I'm just going to say it reader, don't judge. At first glance,  HOW IS THIS MOVIE CONNECTED WITH THESEUS? The summary gives no indication we're going to see any of the Theseus mythology. And while the cast list gives me more hope, I'm not sold on our storyline just yet.  I'm not saying this is a bad thing...but I'm confused. And a confused Heather just leads to ranty and sarcastic Heather. And the trailers don't help. I get not knowing a lot about the plot; I get you don't want to give too much away, but I just wish we knew a little bit more about the actual storyline and why Theseus' original mythology wasn't enough for a movie of its own. King Hyperion is a made-up villian and Theseus' quest to defeat him is even more fiction than his originial mythology. That being said, we will see a few names we recongize: someone named Lysander, and Icarus and Hercules are billed to make an apperance. Because really, we lack better knowledge about the movie,  I'm going to do a quick summary of the historical/literary Theseus just for fun...and with Henry pictures, don't worry.

Depending on the version you read, Theseus is either the son of Poseidon or the son of King Aegeus. The mythology of him as Aegeus' son is better documented and more universally accepted, so we're going to run with that parentage. His mother is the Princess Aethra of Troezen (hence the whole "common peasant" thing going on in the film is um...not true). When Theseus becomes of age, his mother (who has not seen Aegeus since after they conceived Theseus) takes him to a large rock and tells him he can discover who he really is if he can move it. He does, and finds a sword and sandals hidden there (which are his father's). Aethra tells him to go to the court of Athens where is father is king. Along the way Theseus fights many monsters and becomes a "hero".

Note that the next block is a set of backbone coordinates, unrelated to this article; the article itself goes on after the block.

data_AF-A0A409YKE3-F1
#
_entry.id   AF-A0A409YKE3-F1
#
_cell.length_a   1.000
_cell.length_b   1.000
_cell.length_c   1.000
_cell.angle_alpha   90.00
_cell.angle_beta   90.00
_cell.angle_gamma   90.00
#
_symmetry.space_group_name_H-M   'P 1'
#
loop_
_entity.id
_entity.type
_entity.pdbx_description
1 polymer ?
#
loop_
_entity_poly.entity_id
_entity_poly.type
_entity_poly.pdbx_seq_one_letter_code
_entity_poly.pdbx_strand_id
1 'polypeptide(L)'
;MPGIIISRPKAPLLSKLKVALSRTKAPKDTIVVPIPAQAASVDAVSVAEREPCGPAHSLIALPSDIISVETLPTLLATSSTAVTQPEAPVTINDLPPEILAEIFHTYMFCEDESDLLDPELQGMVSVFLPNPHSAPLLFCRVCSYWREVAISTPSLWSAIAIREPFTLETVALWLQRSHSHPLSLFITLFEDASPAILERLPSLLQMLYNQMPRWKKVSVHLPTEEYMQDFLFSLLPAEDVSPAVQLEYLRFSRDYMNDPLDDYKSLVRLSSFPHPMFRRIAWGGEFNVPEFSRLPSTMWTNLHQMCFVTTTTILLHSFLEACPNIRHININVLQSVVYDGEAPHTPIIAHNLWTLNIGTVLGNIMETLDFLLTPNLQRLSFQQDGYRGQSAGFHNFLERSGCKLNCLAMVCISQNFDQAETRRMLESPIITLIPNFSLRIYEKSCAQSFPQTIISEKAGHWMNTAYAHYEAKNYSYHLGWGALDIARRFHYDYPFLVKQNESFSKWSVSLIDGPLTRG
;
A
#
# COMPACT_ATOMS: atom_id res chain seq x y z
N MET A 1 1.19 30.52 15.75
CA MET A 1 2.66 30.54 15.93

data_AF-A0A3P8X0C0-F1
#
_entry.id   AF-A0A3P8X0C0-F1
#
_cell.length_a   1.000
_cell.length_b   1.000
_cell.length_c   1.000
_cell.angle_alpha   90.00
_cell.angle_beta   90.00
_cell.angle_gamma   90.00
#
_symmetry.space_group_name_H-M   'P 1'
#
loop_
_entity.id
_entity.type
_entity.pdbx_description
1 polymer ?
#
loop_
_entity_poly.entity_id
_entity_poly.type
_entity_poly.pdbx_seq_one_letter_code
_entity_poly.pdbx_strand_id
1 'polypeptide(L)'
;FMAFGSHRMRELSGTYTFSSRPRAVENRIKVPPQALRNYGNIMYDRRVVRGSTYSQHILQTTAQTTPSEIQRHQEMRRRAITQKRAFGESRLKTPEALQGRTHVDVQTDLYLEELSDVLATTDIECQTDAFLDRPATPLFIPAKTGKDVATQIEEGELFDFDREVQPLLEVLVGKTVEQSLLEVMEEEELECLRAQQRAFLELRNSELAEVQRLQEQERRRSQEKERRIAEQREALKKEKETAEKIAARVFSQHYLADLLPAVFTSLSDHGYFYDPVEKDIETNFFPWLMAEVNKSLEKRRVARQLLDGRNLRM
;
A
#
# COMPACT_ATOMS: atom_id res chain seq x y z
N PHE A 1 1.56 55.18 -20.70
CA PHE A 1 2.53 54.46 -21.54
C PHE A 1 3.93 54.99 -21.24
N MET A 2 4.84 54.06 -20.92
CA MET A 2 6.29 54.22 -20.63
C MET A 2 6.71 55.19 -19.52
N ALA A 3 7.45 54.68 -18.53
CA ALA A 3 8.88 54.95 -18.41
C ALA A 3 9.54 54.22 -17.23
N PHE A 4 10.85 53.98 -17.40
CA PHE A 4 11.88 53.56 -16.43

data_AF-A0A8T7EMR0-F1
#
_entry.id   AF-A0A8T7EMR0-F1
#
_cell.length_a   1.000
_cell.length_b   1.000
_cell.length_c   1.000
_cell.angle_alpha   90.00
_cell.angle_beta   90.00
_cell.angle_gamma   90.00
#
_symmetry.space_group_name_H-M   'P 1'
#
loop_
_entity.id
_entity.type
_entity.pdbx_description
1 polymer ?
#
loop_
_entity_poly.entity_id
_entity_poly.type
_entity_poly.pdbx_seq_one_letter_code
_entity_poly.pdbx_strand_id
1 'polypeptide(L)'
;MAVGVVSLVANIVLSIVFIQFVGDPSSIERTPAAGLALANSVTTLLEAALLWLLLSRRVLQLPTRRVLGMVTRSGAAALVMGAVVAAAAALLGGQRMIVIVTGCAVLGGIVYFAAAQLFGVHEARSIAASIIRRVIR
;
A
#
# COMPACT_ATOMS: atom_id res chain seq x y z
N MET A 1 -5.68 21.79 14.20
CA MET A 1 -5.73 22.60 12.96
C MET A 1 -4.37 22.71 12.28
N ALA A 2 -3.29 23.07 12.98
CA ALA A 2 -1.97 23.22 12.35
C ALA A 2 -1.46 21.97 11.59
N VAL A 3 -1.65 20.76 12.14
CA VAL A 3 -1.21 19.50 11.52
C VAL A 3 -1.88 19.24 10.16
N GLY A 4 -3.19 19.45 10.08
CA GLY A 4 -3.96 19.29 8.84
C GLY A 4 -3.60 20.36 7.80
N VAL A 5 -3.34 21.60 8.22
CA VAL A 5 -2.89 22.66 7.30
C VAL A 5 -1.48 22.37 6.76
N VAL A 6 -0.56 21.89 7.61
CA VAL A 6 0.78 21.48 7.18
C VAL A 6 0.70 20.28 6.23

Once in his father's court (I'm sure after a few years) he hears of the Minotaur eating captured Athenians on Crete and goes to kill the monster. He does, which we know, and he also begins making his womanizer reputation, which we know better. Eventually he becomes the king of Athens (a la A Midsummer Night's Dream) and rules wisely and justly through his kingdom, even though he still has serious women troubles.

Names that will confuse you during the movie
As with most big-budget movies based on Greek mythology, names and plot points are thrown around at whim. This can make any casual Greek mythology enthusiast confused. Below we'll discuss.

King Hyperion - is not real. Hyperion is the name of the first sun god who was also a Titan. I'm assuming the connection won't be touched upon. Although I would think the whole plot might make lots more sense if it was about one titan trying to free the others...just sayin'...

Phaedra - is actually the name of Theseus' second wife who was desperately in love, and sleeps, with Theseus' son (Hippolyus) by his first wife (Amazon queen!). She kills herself when a servant threatens to tell Theseus of her betrayal.

Zeus and the gods - are like they always are. Though a little less awesomely attired. Interesting fact: Zeus in The Immortals played Apollo in Clash of the Titans.

The magic bow - NOT Theseus' weapon of choice, but its pretty and glows and makes that really pretty ping sound when he uses it with magic arrows. 

Lysander - I'M JUDGING. Shakespeare girl here is judging you screenwriters.

Hercules - Throughout the Theseus mythology Hercules is a strong figure. Theseus hopes to become a second Hercules and the demi-god himself saves Theseus from the Underworld and also takes him on his labor to the Amazons. I can't wait to see how he's worked in to the film.